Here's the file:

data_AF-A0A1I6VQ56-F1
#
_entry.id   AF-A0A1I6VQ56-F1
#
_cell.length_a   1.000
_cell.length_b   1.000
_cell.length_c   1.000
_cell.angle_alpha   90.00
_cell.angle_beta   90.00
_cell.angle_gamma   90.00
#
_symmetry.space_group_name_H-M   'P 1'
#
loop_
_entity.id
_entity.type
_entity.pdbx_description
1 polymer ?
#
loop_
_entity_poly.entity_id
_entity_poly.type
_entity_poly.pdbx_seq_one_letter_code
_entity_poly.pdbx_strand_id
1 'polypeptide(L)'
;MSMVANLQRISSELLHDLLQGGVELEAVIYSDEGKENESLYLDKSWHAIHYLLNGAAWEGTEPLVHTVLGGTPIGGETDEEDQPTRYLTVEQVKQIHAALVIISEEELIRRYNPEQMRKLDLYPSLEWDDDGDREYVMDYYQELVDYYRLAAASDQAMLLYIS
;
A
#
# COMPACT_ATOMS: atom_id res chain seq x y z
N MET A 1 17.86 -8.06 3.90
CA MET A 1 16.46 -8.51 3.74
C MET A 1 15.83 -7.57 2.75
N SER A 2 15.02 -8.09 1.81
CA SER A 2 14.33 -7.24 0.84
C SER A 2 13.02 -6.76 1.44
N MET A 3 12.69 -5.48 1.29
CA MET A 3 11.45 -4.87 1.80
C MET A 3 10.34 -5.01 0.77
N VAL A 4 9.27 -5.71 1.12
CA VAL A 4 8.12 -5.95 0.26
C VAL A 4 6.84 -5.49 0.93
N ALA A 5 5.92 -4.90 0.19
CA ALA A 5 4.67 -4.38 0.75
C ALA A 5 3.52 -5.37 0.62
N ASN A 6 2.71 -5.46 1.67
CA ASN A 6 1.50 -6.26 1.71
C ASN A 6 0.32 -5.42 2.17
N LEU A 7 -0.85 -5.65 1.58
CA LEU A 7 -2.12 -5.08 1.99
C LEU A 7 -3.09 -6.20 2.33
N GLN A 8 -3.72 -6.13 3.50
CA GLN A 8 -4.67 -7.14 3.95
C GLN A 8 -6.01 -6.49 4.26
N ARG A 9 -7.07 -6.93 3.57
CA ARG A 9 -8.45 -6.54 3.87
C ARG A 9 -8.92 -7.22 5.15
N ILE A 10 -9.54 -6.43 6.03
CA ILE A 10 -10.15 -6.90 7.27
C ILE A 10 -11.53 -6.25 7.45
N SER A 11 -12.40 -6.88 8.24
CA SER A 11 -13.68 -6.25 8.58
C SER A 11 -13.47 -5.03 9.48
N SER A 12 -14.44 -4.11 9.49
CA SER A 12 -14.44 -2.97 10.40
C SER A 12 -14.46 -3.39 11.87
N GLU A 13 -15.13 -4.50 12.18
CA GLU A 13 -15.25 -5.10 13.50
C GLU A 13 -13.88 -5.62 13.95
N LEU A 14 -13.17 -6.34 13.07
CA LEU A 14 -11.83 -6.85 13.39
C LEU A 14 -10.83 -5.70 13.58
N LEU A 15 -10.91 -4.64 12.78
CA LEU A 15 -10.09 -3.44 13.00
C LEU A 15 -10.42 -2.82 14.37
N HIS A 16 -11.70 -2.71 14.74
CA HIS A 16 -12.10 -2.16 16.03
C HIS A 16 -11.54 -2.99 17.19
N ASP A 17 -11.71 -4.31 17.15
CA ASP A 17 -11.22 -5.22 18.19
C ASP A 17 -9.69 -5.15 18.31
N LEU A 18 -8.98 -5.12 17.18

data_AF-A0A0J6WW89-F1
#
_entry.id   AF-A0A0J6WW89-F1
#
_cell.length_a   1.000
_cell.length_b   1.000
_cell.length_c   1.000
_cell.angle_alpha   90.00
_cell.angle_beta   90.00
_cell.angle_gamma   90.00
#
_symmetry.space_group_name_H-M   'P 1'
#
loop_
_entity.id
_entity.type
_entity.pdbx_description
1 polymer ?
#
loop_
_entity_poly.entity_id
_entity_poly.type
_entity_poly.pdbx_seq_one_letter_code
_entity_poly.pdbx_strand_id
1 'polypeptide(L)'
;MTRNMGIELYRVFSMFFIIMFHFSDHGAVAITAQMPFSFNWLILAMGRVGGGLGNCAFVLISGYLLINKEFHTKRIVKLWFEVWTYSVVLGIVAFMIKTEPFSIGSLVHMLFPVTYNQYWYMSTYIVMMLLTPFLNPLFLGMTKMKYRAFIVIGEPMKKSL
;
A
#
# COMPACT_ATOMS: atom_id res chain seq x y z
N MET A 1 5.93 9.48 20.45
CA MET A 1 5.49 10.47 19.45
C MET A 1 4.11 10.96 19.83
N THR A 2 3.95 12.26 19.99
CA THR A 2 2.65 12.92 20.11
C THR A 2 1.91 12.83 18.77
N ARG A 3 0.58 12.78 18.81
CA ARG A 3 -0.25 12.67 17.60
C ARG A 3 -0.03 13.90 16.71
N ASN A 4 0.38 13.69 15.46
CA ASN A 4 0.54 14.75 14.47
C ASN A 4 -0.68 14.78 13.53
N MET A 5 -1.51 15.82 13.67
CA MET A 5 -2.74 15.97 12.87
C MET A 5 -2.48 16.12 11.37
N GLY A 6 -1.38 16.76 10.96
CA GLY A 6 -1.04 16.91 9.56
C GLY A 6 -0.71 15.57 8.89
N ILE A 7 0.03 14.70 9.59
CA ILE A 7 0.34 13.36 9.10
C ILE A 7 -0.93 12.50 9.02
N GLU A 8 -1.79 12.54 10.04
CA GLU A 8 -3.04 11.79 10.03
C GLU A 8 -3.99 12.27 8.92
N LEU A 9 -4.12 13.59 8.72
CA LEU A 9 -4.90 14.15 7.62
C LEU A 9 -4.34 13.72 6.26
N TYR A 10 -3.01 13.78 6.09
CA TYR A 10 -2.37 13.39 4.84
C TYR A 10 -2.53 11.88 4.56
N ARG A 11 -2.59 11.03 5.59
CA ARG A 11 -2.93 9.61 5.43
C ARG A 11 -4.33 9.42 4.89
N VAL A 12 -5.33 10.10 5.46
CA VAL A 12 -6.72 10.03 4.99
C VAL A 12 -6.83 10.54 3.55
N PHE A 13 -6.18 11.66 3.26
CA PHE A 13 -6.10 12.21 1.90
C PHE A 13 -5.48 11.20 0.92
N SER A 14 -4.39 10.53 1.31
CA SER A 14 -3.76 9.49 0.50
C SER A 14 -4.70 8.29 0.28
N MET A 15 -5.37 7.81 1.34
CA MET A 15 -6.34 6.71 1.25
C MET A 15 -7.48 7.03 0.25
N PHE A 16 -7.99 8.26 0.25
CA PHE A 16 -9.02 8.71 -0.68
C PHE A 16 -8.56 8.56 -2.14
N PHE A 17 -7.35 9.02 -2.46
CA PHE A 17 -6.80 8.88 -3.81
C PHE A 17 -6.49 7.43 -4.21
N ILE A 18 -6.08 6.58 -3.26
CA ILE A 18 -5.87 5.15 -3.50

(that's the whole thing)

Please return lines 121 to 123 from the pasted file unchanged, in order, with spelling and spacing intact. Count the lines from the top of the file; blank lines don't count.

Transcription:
C ARG A 3 -0.03 13.90 16.71
N ASN A 4 0.38 13.69 15.46
CA ASN A 4 0.54 14.75 14.47